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Family  Triviidae

Bean cowries




The Triviidae consists of two subfamilies of small shells which are fairly distinct in shell form but closely related in anatomy. Shells of the subfamily Triviinae are cowry-like in shape, but are sculptured with strong ribs across the whole shell surface. In the subfamily Eratoinae shells are high spired and smooth with only the outer lip expanded and toothed. Most are uniformly white or pink, with a few having brown bands or spots. In both subfamilies the shell surface is kept glossy by flaps of the mantle which extend over the shell surface, as in the cowries. European triviids are known to live in association with colonial tunicates, on which they feed and lay their eggs, but little is known about the biology of the Australian species.

Family References:

  • Cate, C.N. 1979. A review of the Triviidae (Mollusca: Gastropoda). San Diego Society of Natural History Memoir 10:1-126.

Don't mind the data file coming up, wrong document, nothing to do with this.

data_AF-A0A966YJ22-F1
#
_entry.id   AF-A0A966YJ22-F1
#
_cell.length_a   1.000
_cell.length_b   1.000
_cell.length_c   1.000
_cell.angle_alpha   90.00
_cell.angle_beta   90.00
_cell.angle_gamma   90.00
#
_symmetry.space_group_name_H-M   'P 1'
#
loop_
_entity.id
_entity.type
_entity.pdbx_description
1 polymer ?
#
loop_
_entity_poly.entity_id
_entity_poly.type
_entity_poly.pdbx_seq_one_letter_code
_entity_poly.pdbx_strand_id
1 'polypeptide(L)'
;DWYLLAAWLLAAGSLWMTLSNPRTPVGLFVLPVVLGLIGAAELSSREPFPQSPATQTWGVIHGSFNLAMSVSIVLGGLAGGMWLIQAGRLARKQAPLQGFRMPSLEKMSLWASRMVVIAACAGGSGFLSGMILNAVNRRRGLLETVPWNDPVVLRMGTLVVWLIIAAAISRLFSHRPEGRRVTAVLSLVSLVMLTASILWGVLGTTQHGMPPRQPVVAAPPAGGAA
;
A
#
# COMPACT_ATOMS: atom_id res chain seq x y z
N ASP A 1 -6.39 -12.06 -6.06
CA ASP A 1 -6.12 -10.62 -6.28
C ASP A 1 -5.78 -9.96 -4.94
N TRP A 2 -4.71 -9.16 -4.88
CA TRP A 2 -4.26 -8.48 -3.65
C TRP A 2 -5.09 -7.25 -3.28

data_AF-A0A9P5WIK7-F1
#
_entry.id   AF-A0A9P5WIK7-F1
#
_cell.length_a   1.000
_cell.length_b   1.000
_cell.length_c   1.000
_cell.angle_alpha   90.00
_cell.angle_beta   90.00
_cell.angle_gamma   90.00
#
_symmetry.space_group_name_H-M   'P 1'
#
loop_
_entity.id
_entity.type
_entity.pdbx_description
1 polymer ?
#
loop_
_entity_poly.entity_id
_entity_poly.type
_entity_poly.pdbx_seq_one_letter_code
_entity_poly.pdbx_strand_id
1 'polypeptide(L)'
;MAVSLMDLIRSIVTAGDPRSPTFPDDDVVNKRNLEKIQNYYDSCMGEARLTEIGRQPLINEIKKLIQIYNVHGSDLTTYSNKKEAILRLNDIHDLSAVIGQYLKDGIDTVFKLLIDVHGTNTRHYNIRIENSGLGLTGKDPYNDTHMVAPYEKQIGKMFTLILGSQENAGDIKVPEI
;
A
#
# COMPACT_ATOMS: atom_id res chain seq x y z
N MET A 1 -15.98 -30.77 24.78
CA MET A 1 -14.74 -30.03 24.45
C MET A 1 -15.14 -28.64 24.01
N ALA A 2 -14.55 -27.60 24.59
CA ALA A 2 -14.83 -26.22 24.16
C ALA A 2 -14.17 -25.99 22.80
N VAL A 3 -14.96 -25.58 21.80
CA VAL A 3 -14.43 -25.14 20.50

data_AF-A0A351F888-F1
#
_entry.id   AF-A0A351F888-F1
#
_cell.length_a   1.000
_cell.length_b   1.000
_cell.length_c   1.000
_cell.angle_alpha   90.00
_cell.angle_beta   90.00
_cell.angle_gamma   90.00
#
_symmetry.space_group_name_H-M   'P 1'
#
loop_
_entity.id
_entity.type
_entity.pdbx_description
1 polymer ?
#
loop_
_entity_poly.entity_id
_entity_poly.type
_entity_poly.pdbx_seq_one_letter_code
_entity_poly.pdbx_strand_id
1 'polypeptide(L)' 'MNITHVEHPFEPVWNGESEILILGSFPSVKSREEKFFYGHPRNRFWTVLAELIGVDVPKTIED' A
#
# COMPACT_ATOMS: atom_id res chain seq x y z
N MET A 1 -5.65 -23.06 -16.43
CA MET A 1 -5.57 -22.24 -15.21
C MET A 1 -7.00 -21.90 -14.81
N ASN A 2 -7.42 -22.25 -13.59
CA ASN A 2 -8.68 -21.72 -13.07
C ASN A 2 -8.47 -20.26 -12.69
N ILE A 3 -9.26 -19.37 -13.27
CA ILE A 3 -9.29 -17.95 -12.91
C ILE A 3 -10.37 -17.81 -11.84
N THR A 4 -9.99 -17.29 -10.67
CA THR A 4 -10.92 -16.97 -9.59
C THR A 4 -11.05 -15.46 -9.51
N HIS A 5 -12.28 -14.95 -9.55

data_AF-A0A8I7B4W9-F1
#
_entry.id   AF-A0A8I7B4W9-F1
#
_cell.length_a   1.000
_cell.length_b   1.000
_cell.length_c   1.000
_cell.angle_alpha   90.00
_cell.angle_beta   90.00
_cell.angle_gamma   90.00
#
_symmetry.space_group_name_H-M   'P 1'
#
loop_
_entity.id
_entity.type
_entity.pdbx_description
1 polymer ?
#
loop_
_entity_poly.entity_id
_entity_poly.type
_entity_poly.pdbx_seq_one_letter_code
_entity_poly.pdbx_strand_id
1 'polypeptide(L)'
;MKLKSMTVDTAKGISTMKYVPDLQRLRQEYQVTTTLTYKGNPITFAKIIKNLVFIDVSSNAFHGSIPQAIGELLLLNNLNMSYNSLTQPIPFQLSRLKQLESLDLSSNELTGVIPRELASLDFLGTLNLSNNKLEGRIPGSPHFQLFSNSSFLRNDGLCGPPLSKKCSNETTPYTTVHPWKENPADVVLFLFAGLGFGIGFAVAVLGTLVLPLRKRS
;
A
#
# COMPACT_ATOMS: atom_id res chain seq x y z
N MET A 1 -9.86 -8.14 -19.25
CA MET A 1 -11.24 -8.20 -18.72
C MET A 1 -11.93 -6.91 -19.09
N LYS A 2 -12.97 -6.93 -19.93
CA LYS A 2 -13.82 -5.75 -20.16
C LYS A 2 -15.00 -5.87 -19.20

• Cate, C.N. 1977. A review of the Eratoidae (Mollusca: Gastropoda). The Veliger 19(3):341-366.

  • Liltved, W.R. 1989. Cowries and their relatives of southern Africa. Seacomber Publications, Cape Town.

Identification Notes:

One of the most useful characters in identification of triviines is the sculpture at the centre of the dorsal surface of the shell. The ribs may be continuous across the dorsum, or leave a space in the centre, which may be smooth or grooved to a greater or lesser extent. The number of ribs, most easily counted on the outer lip, is another important character.


All species known from NSW are covered here.